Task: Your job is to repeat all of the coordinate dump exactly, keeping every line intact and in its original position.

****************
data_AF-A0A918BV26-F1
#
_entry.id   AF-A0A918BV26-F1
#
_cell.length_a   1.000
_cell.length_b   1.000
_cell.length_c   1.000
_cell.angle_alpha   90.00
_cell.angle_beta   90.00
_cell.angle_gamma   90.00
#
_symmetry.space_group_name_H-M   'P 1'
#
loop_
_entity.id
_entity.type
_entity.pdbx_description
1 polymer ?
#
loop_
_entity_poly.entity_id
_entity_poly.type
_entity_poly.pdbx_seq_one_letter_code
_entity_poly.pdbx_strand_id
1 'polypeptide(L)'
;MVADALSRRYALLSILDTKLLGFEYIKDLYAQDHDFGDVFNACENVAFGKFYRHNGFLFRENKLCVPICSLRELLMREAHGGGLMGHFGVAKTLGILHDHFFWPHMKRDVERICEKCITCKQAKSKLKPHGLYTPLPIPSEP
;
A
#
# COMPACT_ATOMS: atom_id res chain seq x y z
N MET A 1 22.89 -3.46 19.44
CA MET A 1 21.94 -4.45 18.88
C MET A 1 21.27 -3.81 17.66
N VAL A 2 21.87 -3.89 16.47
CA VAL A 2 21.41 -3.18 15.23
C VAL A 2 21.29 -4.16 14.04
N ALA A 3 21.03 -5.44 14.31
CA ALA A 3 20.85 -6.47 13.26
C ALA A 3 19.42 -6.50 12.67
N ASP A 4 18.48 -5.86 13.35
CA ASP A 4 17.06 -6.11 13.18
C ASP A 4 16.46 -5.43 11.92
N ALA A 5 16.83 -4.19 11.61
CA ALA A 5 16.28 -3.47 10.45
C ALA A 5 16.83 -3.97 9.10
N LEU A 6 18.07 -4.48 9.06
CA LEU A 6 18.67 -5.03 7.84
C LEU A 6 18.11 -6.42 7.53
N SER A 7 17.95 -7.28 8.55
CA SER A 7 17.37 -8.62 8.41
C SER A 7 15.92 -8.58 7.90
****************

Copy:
data_AF-A0A918BV26-F1
#
_entry.id   AF-A0A918BV26-F1
#
_cell.length_a   1.000
_cell.length_b   1.000
_cell.length_c   1.000
_cell.angle_alpha   90.00
_cell.angle_beta   90.00
_cell.angle_gamma   90.00
#
_symmetry.space_group_name_H-M   'P 1'
#
loop_
_entity.id
_entity.type
_entity.pdbx_description
1 polymer ?
#
loop_
_entity_poly.entity_id
_entity_poly.type
_entity_poly.pdbx_seq_one_letter_code
_entity_poly.pdbx_strand_id
1 'polypeptide(L)'
;MVADALSRRYALLSILDTKLLGFEYIKDLYAQDHDFGDVFNACENVAFGKFYRHNGFLFRENKLCVPICSLRELLMREAHGGGLMGHFGVAKTLGILHDHFFWPHMKRDVERICEKCITCKQAKSKLKPHGLYTPLPIPSEP
;
A
#
# COMPACT_ATOMS: atom_id res chain seq x y z
N MET A 1 22.89 -3.46 19.44
CA MET A 1 21.94 -4.45 18.88
C MET A 1 21.27 -3.81 17.66
N VAL A 2 21.87 -3.89 16.47
CA VAL A 2 21.41 -3.18 15.23
C VAL A 2 21.29 -4.16 14.04
N ALA A 3 21.03 -5.44 14.31
CA ALA A 3 20.85 -6.47 13.26
C ALA A 3 19.42 -6.50 12.67
N ASP A 4 18.48 -5.86 13.35
CA ASP A 4 17.06 -6.11 13.18
C ASP A 4 16.46 -5.43 11.92
N ALA A 5 16.83 -4.19 11.61
CA ALA A 5 16.28 -3.47 10.45
C ALA A 5 16.83 -3.97 9.10
N LEU A 6 18.07 -4.48 9.06
CA LEU A 6 18.67 -5.03 7.84
C LEU A 6 18.11 -6.42 7.53
N SER A 7 17.95 -7.28 8.55
CA SER A 7 17.37 -8.62 8.41
C SER A 7 15.92 -8.58 7.90